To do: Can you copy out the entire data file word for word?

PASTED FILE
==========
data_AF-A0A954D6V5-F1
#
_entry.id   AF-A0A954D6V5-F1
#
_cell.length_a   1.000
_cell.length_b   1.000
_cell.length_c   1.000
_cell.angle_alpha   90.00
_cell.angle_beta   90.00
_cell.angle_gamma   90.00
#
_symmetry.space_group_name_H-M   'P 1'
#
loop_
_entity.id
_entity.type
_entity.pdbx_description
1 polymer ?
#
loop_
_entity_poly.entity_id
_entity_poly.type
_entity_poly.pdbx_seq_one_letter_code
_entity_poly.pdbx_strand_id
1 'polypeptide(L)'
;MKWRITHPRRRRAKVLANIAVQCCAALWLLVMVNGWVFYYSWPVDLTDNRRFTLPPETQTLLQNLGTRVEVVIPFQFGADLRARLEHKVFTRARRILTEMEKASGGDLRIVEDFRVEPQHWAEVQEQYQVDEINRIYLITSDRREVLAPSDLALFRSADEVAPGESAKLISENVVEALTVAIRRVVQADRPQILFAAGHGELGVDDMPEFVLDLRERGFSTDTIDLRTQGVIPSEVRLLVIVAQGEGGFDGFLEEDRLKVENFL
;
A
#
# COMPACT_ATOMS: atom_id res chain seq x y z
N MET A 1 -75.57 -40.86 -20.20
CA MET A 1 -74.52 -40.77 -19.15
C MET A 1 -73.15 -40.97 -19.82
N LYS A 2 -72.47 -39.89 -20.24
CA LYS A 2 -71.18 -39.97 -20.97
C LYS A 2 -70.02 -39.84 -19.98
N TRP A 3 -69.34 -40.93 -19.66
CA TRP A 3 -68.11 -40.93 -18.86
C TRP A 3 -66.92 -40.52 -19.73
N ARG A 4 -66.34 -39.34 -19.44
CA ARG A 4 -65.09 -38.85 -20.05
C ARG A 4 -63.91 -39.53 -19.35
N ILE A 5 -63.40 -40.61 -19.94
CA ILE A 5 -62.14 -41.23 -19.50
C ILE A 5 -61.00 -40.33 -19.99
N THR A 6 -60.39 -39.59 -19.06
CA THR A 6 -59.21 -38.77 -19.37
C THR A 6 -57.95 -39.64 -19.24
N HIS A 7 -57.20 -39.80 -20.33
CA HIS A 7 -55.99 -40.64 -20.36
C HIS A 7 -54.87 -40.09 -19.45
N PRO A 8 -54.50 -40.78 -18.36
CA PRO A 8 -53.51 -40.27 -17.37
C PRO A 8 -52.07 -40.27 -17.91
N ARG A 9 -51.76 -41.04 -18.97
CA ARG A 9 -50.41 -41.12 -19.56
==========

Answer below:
data_AF-A0A954D6V5-F1
#
_entry.id   AF-A0A954D6V5-F1
#
_cell.length_a   1.000
_cell.length_b   1.000
_cell.length_c   1.000
_cell.angle_alpha   90.00
_cell.angle_beta   90.00
_cell.angle_gamma   90.00
#
_symmetry.space_group_name_H-M   'P 1'
#
loop_
_entity.id
_entity.type
_entity.pdbx_description
1 polymer ?
#
loop_
_entity_poly.entity_id
_entity_poly.type
_entity_poly.pdbx_seq_one_letter_code
_entity_poly.pdbx_strand_id
1 'polypeptide(L)'
;MKWRITHPRRRRAKVLANIAVQCCAALWLLVMVNGWVFYYSWPVDLTDNRRFTLPPETQTLLQNLGTRVEVVIPFQFGADLRARLEHKVFTRARRILTEMEKASGGDLRIVEDFRVEPQHWAEVQEQYQVDEINRIYLITSDRREVLAPSDLALFRSADEVAPGESAKLISENVVEALTVAIRRVVQADRPQILFAAGHGELGVDDMPEFVLDLRERGFSTDTIDLRTQGVIPSEVRLLVIVAQGEGGFDGFLEEDRLKVENFL
;
A
#
# COMPACT_ATOMS: atom_id res chain seq x y z
N MET A 1 -75.57 -40.86 -20.20
CA MET A 1 -74.52 -40.77 -19.15
C MET A 1 -73.15 -40.97 -19.82
N LYS A 2 -72.47 -39.89 -20.24
CA LYS A 2 -71.18 -39.97 -20.97
C LYS A 2 -70.02 -39.84 -19.98
N TRP A 3 -69.34 -40.93 -19.66
CA TRP A 3 -68.11 -40.93 -18.86
C TRP A 3 -66.92 -40.52 -19.73
N ARG A 4 -66.34 -39.34 -19.44
CA ARG A 4 -65.09 -38.85 -20.05
C ARG A 4 -63.91 -39.53 -19.35
N ILE A 5 -63.40 -40.61 -19.94
CA ILE A 5 -62.14 -41.23 -19.50
C ILE A 5 -61.00 -40.33 -19.99
N THR A 6 -60.39 -39.59 -19.06
CA THR A 6 -59.21 -38.77 -19.37
C THR A 6 -57.95 -39.64 -19.24
N HIS A 7 -57.20 -39.80 -20.33
CA HIS A 7 -55.99 -40.64 -20.36
C HIS A 7 -54.87 -40.09 -19.45
N PRO A 8 -54.50 -40.78 -18.36
CA PRO A 8 -53.51 -40.27 -17.37
C PRO A 8 -52.07 -40.27 -17.91
N ARG A 9 -51.76 -41.04 -18.97
CA ARG A 9 -50.41 -41.12 -19.56